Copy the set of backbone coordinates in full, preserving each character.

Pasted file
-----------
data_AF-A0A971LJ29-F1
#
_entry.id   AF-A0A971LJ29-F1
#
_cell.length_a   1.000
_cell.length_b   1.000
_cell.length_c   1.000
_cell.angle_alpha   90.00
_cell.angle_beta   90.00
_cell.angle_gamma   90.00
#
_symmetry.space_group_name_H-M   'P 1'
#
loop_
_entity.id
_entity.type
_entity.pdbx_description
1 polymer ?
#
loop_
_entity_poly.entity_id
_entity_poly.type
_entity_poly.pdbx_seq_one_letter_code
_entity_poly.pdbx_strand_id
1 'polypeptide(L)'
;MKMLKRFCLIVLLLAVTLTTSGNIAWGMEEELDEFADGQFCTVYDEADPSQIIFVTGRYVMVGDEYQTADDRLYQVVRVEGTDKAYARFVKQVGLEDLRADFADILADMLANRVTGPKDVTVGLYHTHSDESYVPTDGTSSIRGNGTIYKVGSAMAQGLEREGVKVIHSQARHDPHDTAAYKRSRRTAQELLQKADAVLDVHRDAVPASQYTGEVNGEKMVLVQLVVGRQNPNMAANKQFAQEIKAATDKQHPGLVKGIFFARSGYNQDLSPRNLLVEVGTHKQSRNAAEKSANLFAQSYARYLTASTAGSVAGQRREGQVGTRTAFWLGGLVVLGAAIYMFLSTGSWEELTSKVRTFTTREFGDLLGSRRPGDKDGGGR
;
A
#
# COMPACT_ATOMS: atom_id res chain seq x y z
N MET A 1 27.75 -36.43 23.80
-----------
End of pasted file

data_AF-A0A971LJ29-F1
#
_entry.id   AF-A0A971LJ29-F1
#
_cell.length_a   1.000
_cell.length_b   1.000
_cell.length_c   1.000
_cell.angle_alpha   90.00
_cell.angle_beta   90.00
_cell.angle_gamma   90.00
#
_symmetry.space_group_name_H-M   'P 1'
#
loop_
_entity.id
_entity.type
_entity.pdbx_description
1 polymer ?
#
loop_
_entity_poly.entity_id
_entity_poly.type
_entity_poly.pdbx_seq_one_letter_code
_entity_poly.pdbx_strand_id
1 'polypeptide(L)'
;MKMLKRFCLIVLLLAVTLTTSGNIAWGMEEELDEFADGQFCTVYDEADPSQIIFVTGRYVMVGDEYQTADDRLYQVVRVEGTDKAYARFVKQVGLEDLRADFADILADMLANRVTGPKDVTVGLYHTHSDESYVPTDGTSSIRGNGTIYKVGSAMAQGLEREGVKVIHSQARHDPHDTAAYKRSRRTAQELLQKADAVLDVHRDAVPASQYTGEVNGEKMVLVQLVVGRQNPNMAANKQFAQEIKAATDKQHPGLVKGIFFARSGYNQDLSPRNLLVEVGTHKQSRNAAEKSANLFAQSYARYLTASTAGSVAGQRREGQVGTRTAFWLGGLVVLGAAIYMFLSTGSWEELTSKVRTFTTREFGDLLGSRRPGDKDGGGR
;
A
#
# COMPACT_ATOMS: atom_id res chain seq x y z
N MET A 1 27.75 -36.43 23.80